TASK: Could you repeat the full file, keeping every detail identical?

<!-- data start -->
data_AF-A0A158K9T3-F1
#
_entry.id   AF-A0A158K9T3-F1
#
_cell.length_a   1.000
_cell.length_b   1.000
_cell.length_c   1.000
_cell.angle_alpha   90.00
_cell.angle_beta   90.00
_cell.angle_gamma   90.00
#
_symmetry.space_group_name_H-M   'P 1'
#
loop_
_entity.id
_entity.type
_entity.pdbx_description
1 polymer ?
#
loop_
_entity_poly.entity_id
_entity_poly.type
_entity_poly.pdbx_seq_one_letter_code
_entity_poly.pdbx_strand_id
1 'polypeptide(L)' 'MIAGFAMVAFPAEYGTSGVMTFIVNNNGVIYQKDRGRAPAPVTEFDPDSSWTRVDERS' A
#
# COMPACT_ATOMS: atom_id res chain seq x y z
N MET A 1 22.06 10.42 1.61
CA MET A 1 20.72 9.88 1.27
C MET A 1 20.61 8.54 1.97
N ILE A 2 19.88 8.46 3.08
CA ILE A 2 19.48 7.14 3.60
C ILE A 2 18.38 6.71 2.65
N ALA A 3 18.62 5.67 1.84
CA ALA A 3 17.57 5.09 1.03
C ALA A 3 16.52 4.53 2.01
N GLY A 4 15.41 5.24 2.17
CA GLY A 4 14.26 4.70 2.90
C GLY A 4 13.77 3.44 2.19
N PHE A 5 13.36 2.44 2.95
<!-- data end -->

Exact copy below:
data_AF-A0A158K9T3-F1
#
_entry.id   AF-A0A158K9T3-F1
#
_cell.length_a   1.000
_cell.length_b   1.000
_cell.length_c   1.000
_cell.angle_alpha   90.00
_cell.angle_beta   90.00
_cell.angle_gamma   90.00
#
_symmetry.space_group_name_H-M   'P 1'
#
loop_
_entity.id
_entity.type
_entity.pdbx_description
1 polymer ?
#
loop_
_entity_poly.entity_id
_entity_poly.type
_entity_poly.pdbx_seq_one_letter_code
_entity_poly.pdbx_strand_id
1 'polypeptide(L)' 'MIAGFAMVAFPAEYGTSGVMTFIVNNNGVIYQKDRGRAPAPVTEFDPDSSWTRVDERS' A
#
# COMPACT_ATOMS: atom_id res chain seq x y z
N MET A 1 22.06 10.42 1.61
CA MET A 1 20.72 9.88 1.27
C MET A 1 20.61 8.54 1.97
N ILE A 2 19.88 8.46 3.08
CA ILE A 2 19.48 7.14 3.60
C ILE A 2 18.38 6.71 2.65
N ALA A 3 18.62 5.67 1.84
CA ALA A 3 17.57 5.09 1.03
C ALA A 3 16.52 4.53 2.01
N GLY A 4 15.41 5.24 2.17
CA GLY A 4 14.26 4.70 2.90
C GLY A 4 13.77 3.44 2.19
N PHE A 5 13.36 2.44 2.95